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Judicial Reforms with reference to Economic Survey 2019

The importance of speedy justice is linked with the famous saying ‘justice delayed is justice denied’ but is not limited to that. In 21st century time bound judicial pronouncements support economy. India’s improvement in ease of doing business index (EODB) is recognized worldwide (63 out of 190 economics). However, India lags on contract enforcement indicator in EODB at a rank of 163 for the year 2018. Contract enforcement is one of the key factors that can help boost India’s EODB. With this view,the economic survey 2018-19 has a chapter dedicated to on how to ramp up judiciary. This article will cover the major aspects talked about in the survey.
Current situation –
The proportion of pending cases is 87.54% in Subordinate Courts, 12.30% in High Courts and 0.16% in Supreme Court. The courts in eastern states take more time in clearing cases than the national average (2.3 years) whereas courts in Delhi and Punjab perform the best with average disposal of approximately 1.8-2 years. It cannot be a mere co-incidence that the state with better disposal are prosperous than the rest. However to achieve a more efficient judiciary, the Case Clearance Rate (CCR) must be managed. Data on record shows that the average CCR for 2018 is 88.7 %. (94.7% for civil cases 87.4% for criminal cases) as against USA where CCR for civil cases is 98% and 92% for criminal cases.
Proposed increase in strength  –
The survey suggests that this logjam can be cleared with the same efficiency by adding additional judges within five years. It gives a two pronged solution viz achieving 100 % CCR followed by removal of backlog.
Subordinate Courts –
In the year 2018, 17 lac cases were added increasing the number of pending cases to 3.04 crore as against 2.87 crore in 2017. If this continues, judiciary will never get rid of the backlog. Thus, CCR of 100 % becomes important. One judge disposes 746 cases every year, this means 20,170 judges would have cleared the backlog but there were only 17,891 judges. The survey suggests addition of about 10,000 judges to clear the backlog within fives years. However, as former Chief Justice of India T.S.Thakur pointed out, the tussle between State and Central governments leads to the judge strength being constant.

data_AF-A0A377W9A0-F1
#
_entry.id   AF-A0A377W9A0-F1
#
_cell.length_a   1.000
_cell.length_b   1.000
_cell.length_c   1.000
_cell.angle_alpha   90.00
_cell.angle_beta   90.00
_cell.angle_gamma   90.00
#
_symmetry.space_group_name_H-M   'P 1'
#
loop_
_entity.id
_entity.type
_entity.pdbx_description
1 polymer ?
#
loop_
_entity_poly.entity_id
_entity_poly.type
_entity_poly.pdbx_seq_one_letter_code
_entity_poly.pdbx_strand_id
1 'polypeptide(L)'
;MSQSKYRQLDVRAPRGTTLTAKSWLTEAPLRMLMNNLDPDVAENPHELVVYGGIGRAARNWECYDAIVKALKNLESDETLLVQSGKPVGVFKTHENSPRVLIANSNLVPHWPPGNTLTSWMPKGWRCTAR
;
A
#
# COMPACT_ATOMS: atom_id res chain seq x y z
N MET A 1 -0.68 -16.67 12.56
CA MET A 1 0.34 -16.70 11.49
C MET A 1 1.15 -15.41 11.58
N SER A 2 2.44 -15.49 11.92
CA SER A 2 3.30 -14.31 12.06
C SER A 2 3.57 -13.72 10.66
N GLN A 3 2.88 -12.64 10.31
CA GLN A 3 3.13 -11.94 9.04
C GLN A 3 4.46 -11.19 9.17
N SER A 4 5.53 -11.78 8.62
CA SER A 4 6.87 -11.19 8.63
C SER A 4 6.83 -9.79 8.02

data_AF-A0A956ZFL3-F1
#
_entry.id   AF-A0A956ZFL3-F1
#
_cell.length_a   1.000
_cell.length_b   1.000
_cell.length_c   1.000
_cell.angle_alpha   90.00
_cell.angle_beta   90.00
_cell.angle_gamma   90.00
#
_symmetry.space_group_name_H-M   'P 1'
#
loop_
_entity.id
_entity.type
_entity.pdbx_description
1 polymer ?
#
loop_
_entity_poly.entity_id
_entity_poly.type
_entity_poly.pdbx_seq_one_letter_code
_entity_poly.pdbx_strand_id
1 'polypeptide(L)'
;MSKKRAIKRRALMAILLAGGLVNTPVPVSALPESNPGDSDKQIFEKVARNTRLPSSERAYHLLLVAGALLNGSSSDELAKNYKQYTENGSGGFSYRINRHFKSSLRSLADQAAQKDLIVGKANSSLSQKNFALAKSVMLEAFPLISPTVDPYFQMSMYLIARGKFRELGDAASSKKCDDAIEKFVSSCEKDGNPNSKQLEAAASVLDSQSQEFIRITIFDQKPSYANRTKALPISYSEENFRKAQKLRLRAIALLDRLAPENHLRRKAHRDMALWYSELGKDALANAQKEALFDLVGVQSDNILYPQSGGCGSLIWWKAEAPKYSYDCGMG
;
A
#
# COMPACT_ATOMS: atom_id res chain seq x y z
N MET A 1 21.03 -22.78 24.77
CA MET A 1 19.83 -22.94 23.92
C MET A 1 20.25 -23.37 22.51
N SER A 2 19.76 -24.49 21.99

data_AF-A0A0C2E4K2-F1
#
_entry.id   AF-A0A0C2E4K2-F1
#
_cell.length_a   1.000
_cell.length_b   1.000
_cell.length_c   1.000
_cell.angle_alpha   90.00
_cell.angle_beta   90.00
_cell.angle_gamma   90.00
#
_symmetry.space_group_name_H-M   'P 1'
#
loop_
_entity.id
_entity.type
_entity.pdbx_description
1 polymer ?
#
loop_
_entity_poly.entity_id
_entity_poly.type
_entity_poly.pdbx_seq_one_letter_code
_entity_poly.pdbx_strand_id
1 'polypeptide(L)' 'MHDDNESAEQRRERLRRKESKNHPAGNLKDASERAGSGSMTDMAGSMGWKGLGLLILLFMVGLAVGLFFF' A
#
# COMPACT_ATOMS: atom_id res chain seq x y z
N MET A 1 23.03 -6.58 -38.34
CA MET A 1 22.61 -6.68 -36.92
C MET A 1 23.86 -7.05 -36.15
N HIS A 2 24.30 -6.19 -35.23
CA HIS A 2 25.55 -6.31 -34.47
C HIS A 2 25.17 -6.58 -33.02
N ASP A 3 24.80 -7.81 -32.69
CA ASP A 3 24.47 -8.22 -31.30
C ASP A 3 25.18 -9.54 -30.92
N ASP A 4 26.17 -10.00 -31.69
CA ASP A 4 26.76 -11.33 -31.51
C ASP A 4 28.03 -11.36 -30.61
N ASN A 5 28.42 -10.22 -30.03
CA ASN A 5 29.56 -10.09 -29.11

High Courts –
As of June 2018 the backlog in High Courts stands at approximately 45 lacs. A mere addition of 93 additional judges would solve the problem for the high courts, and no to anyone’s surprise this addition is within the sanctioned limit as of now. The survey also suggests that 361 more judges should be appointed over the next five years to clear the backlog.
Supreme Court –
Supreme Court had a backlog of 56,320 in 2018, to achieve 100 % CCR it need just one more judge and 8 more judges to clear the backlog in five years. In September 2019, the strength of SC was increased to 34. However, in accordance with the survey it should be 36.
How case types affect pendency
Pendency of a case is the time since date of filing. In Subordinate Courts the civil cases have contribute less one-third to the total pendency, whereas criminal cases stand at whopping 71.6%. The matter of concern thus becomes the criminal cases. Warrants/Summons have a CCR of 84.58 and amount for more than half of the total pendency. This clearly suggests that to make judicial reforms effective, police reforms are must and inevitable. Whereas in civil cases, execution proceedings have the lowest CCR, this is something which needs reforms in substantive laws to better equip the judiciary.